Congressional hearings focus on Whois

The launch of seven new top-level domains is fueling concerns about the privacy of Whois, a database that contains personal contact information of people who register Web sites.

The launch of seven new top-level domains is again highlighting concerns about the thoroughness and privacy of publicly searchable databases.

Whois, a database that contains personal contact information of people who register Web sites, is the subject of an oversight hearing before a House Judiciary subcommittee on Thursday.

People representing privacy groups, trademark holders, copyright owners and software makers will testify before the committee, which is using the event as a fact-finding mission. There is no specific Whois-related legislation planned.

Copyright and trademark holders say a thorough, accurate database is necessary to pursue people who pirate their works and post them for free on the Web. But privacy advocates worry that a single, centralized system makes it easier for everyone from marketers to stalkers to abuse people's privacy rights.

Jason Catlett, president of anti-spam company Junkbusters, says that at the very least, people should be able to use pseudonyms when registering their domains.

"Given that the compilers of marketing lists have for years used Whois registration information as a source of personal information, concerns over data privacy are well justified," Catlett wrote in testimony to be submitted Thursday to the House Judiciary Subcommittee on Courts, the Internet and Intellectual Property. "Most people avoid putting their home address on their Web sites, and they should be able to register a domain name without effectively giving up this precaution."

But it's not just the marketers that are compiling the information.

VeriSign, the largest domain name registrar, already has come under fire for organizing the contents of its Whois database and selling packages of the information to marketers. VeriSign's Network Solutions used to be the sole keeper of Whois information, but that duty is now split among about 80 companies that register domain names.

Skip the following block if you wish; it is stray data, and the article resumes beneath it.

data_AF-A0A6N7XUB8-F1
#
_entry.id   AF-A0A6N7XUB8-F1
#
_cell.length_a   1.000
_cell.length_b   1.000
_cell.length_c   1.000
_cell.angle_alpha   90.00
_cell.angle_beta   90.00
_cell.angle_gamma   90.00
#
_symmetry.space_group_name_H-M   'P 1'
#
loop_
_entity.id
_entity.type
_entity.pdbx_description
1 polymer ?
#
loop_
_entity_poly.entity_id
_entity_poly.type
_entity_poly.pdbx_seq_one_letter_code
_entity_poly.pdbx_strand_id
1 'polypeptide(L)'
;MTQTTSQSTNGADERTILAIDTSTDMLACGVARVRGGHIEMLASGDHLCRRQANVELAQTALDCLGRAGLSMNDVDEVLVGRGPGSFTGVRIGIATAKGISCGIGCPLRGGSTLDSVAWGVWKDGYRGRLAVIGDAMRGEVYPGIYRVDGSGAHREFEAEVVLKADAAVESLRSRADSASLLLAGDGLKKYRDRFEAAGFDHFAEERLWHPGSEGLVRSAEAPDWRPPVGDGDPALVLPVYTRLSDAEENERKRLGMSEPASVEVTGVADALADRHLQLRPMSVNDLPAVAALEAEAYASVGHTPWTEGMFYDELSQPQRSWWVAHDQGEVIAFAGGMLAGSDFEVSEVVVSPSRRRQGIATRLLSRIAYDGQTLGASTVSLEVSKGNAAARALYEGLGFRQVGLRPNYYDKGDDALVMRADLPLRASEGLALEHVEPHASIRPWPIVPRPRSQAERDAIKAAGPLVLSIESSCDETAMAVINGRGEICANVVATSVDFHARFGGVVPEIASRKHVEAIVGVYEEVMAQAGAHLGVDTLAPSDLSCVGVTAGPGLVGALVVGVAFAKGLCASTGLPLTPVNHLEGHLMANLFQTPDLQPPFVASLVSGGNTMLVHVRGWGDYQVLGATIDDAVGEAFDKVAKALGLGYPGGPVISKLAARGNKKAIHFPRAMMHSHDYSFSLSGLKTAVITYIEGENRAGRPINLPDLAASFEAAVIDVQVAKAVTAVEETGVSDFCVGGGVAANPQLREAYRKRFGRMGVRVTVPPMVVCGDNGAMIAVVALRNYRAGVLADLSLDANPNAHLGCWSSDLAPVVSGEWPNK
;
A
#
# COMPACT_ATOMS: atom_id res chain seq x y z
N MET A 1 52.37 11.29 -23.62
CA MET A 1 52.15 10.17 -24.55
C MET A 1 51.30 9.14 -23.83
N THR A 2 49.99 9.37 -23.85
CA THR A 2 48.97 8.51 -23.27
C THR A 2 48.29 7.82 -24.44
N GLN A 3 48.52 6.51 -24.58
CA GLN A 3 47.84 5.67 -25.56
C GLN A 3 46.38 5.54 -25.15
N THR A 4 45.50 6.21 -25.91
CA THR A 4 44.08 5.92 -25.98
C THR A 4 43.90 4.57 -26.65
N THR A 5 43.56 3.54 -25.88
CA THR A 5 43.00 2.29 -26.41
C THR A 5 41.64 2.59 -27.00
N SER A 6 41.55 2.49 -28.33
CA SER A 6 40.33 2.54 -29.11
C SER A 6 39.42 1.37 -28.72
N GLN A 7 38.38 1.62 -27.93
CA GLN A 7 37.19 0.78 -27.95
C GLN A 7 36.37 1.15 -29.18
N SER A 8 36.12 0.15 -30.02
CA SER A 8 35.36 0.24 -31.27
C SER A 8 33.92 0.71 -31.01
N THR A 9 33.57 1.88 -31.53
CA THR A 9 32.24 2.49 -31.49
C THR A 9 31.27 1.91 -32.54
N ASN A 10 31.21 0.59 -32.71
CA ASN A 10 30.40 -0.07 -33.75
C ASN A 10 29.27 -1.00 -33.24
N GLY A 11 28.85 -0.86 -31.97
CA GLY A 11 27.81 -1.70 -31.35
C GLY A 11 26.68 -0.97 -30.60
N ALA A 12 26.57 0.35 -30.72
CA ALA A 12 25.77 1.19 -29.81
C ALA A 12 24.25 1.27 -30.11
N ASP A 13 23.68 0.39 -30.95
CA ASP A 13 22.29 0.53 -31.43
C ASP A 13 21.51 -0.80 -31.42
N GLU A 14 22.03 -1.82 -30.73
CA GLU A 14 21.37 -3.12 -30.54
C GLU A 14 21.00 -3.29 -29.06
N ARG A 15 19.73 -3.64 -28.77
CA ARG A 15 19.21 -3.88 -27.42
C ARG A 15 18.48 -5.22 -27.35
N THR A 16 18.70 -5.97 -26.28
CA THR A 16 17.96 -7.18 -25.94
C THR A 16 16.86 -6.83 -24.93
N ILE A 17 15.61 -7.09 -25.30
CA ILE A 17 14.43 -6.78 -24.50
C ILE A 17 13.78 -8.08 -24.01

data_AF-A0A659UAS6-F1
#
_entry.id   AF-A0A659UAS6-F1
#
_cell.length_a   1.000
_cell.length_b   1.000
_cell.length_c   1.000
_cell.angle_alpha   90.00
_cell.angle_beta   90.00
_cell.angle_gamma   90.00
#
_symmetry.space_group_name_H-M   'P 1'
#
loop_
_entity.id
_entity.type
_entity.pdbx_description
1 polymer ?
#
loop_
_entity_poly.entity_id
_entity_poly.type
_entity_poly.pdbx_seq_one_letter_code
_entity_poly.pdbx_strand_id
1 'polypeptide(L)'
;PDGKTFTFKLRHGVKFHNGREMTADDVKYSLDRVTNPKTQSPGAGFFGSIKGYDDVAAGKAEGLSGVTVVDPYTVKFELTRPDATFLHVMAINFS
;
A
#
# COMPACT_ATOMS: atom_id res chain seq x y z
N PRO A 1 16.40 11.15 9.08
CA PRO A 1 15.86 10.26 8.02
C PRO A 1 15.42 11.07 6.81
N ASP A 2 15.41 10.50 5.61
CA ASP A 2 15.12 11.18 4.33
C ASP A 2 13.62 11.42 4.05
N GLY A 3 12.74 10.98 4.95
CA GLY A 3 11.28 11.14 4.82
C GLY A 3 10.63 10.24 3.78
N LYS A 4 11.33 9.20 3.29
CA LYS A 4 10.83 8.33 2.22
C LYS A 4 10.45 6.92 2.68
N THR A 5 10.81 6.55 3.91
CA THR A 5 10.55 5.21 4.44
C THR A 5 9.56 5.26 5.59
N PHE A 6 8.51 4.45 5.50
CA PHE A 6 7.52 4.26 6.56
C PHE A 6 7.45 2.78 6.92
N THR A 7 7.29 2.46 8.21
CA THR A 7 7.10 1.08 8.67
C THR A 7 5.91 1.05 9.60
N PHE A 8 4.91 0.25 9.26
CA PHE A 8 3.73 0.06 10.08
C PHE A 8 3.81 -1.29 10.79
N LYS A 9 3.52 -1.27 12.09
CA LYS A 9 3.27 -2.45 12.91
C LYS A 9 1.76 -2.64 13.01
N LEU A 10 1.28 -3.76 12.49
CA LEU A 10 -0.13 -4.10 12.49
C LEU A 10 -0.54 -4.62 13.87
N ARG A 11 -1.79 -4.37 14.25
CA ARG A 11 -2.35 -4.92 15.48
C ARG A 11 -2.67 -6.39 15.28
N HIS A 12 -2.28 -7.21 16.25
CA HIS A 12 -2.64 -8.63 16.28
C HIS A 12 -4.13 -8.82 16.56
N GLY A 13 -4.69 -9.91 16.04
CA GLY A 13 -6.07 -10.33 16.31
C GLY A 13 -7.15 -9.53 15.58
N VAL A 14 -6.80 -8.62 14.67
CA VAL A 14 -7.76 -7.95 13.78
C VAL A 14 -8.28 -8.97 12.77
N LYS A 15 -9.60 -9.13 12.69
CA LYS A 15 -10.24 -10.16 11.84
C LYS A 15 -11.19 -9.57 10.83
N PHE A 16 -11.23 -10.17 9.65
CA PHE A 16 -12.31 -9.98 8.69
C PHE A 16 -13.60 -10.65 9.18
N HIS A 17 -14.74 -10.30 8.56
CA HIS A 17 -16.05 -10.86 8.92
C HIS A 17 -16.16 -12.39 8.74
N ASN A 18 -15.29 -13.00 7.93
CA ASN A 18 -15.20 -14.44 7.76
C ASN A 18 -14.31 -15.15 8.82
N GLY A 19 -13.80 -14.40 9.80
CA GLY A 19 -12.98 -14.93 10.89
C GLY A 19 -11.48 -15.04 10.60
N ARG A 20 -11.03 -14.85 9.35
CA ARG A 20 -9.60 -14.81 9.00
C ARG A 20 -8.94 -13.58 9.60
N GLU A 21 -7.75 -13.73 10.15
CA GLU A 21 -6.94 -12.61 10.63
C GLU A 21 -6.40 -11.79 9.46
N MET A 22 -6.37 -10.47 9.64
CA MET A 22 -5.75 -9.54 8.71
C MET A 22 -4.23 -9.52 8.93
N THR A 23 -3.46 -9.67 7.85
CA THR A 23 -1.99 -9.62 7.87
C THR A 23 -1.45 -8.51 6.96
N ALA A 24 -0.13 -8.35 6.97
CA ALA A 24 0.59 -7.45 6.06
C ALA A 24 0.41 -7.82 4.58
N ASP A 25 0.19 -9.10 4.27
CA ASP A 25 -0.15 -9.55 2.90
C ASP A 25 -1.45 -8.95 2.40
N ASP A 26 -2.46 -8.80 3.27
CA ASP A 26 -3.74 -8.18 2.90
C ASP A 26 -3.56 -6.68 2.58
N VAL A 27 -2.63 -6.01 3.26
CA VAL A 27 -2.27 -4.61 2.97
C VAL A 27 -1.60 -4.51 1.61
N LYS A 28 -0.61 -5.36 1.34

As the new domains go online, the database of Web site owners will become even more fractured than it already is, because dozens of new registrars will be in charge of gathering the information and sending it on to one of several separate database keepers. People searching for owners of specific Web sites may have trouble finding them because they'll have to look in several databases.

Although keeping accurate records is one of the prerequisites for becoming a registry--or a retail seller of domain names--the requirement is not often enforced, meaning that many Whois records are often outdated or just plain wrong. Copyright and trademark owners worry the problem will worsen as more domain names become available.

"The Whois database is the first step that people who've been duped can take to find out who is doing the deed they want stopped," said Susan Wilson, senior policy counsel for the International AntiCounterfeiting Coalition, a trade group representing major trademark holders including Microsoft and Levi Strauss.

IACC's president, Tim Trainer, is scheduled to testify Thursday. Other speakers expected to participate include Doug Lowenstein, president of the Internet Digital Software Association, and Lori Fena, chairman of privacy seal group Truste.

Congress has taken an increasing interest in the actions of the Internet Corporation for Assigned Names and Numbers, or ICANN, the body charged with overseeing administration of the Internet. In the spring, the House held hearings on ICANN's planned launch of the new domains. The Thursday hearing is a follow-up to that because many people expressed concerns over Whois. The committee also may hold hearings to investigate the progress of the new domains as well as the rise of address systems that don't adhere to ICANN's rules.

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